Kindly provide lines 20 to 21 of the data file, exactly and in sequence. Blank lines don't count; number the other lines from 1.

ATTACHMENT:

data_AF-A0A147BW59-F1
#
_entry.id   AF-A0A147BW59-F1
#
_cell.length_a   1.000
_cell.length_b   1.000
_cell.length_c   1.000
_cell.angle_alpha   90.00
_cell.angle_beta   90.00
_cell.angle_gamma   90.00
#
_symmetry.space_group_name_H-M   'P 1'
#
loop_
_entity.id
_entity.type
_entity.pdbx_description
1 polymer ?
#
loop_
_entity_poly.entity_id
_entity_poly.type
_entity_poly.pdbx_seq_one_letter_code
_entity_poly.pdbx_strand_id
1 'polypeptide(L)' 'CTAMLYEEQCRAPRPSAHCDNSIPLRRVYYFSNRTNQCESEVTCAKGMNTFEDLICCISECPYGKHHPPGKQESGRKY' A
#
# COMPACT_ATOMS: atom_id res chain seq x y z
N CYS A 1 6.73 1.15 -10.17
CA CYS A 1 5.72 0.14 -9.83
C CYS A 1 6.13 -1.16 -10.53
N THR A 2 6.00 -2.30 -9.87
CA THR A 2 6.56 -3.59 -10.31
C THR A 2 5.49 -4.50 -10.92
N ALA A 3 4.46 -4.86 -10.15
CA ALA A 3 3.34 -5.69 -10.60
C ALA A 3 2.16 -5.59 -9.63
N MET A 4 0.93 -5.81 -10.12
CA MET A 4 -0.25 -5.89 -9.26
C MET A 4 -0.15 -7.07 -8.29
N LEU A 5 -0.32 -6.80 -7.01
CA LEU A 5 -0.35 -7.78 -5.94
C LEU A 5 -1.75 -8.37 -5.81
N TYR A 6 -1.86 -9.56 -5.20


loop_
_entity_poly.entity_id